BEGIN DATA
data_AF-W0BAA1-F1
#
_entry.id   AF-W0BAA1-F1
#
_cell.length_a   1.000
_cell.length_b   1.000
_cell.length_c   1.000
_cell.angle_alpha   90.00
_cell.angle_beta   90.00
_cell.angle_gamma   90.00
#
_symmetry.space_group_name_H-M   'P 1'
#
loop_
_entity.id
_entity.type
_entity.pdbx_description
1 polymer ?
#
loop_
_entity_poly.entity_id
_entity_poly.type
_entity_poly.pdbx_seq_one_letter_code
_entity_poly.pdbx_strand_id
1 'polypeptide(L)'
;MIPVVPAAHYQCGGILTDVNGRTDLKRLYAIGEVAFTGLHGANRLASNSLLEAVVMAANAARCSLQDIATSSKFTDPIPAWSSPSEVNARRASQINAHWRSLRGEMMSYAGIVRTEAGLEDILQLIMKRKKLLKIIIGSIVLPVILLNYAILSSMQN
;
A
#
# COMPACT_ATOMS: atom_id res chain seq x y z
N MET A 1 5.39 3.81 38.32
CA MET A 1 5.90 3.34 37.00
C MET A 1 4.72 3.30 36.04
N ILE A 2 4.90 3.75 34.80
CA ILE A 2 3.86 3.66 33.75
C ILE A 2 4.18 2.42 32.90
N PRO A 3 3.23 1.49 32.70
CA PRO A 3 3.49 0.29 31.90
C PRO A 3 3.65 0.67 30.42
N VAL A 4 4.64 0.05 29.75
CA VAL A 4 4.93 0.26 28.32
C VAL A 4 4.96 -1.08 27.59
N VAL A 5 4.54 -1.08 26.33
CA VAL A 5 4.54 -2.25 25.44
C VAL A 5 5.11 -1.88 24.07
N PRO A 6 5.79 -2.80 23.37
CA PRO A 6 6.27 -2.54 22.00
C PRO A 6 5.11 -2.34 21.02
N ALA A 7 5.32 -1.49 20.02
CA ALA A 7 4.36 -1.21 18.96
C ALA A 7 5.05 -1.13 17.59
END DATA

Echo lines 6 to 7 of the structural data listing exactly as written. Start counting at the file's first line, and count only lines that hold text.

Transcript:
_cell.length_b   1.000
_cell.length_c   1.000